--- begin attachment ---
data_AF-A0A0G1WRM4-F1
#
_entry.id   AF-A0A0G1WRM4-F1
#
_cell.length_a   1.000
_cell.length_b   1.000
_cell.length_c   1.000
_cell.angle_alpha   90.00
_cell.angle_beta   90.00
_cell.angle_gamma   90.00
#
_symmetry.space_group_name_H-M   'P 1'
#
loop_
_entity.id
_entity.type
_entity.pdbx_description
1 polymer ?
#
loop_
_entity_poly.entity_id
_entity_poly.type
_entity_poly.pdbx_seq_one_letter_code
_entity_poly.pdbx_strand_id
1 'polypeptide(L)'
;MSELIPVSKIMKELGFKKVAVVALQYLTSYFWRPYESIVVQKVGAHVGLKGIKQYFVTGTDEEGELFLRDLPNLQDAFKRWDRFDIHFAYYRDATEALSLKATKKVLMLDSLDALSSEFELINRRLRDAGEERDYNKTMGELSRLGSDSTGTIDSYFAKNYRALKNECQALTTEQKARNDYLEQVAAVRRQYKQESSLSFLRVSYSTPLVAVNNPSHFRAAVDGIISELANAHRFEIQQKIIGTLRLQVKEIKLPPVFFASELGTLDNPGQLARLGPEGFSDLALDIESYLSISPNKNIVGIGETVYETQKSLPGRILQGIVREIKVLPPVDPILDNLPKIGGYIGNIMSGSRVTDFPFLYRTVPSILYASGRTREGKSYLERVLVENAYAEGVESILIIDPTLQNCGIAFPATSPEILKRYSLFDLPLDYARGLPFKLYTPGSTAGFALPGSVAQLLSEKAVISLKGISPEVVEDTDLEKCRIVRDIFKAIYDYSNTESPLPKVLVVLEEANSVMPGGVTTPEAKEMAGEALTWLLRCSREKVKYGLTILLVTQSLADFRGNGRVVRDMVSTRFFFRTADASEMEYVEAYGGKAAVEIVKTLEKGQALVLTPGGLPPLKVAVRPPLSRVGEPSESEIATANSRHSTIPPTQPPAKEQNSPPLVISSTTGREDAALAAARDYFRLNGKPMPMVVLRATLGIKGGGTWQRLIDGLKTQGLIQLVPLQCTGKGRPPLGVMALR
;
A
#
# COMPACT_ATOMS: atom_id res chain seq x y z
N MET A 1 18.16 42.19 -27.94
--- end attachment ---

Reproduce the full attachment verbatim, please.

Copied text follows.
data_AF-A0A0G1WRM4-F1
#
_entry.id   AF-A0A0G1WRM4-F1
#
_cell.length_a   1.000
_cell.length_b   1.000
_cell.length_c   1.000
_cell.angle_alpha   90.00
_cell.angle_beta   90.00
_cell.angle_gamma   90.00
#
_symmetry.space_group_name_H-M   'P 1'
#
loop_
_entity.id
_entity.type
_entity.pdbx_description
1 polymer ?
#
loop_
_entity_poly.entity_id
_entity_poly.type
_entity_poly.pdbx_seq_one_letter_code
_entity_poly.pdbx_strand_id
1 'polypeptide(L)'
;MSELIPVSKIMKELGFKKVAVVALQYLTSYFWRPYESIVVQKVGAHVGLKGIKQYFVTGTDEEGELFLRDLPNLQDAFKRWDRFDIHFAYYRDATEALSLKATKKVLMLDSLDALSSEFELINRRLRDAGEERDYNKTMGELSRLGSDSTGTIDSYFAKNYRALKNECQALTTEQKARNDYLEQVAAVRRQYKQESSLSFLRVSYSTPLVAVNNPSHFRAAVDGIISELANAHRFEIQQKIIGTLRLQVKEIKLPPVFFASELGTLDNPGQLARLGPEGFSDLALDIESYLSISPNKNIVGIGETVYETQKSLPGRILQGIVREIKVLPPVDPILDNLPKIGGYIGNIMSGSRVTDFPFLYRTVPSILYASGRTREGKSYLERVLVENAYAEGVESILIIDPTLQNCGIAFPATSPEILKRYSLFDLPLDYARGLPFKLYTPGSTAGFALPGSVAQLLSEKAVISLKGISPEVVEDTDLEKCRIVRDIFKAIYDYSNTESPLPKVLVVLEEANSVMPGGVTTPEAKEMAGEALTWLLRCSREKVKYGLTILLVTQSLADFRGNGRVVRDMVSTRFFFRTADASEMEYVEAYGGKAAVEIVKTLEKGQALVLTPGGLPPLKVAVRPPLSRVGEPSESEIATANSRHSTIPPTQPPAKEQNSPPLVISSTTGREDAALAAARDYFRLNGKPMPMVVLRATLGIKGGGTWQRLIDGLKTQGLIQLVPLQCTGKGRPPLGVMALR
;
A
#
# COMPACT_ATOMS: atom_id res chain seq x y z
N MET A 1 18.16 42.19 -27.94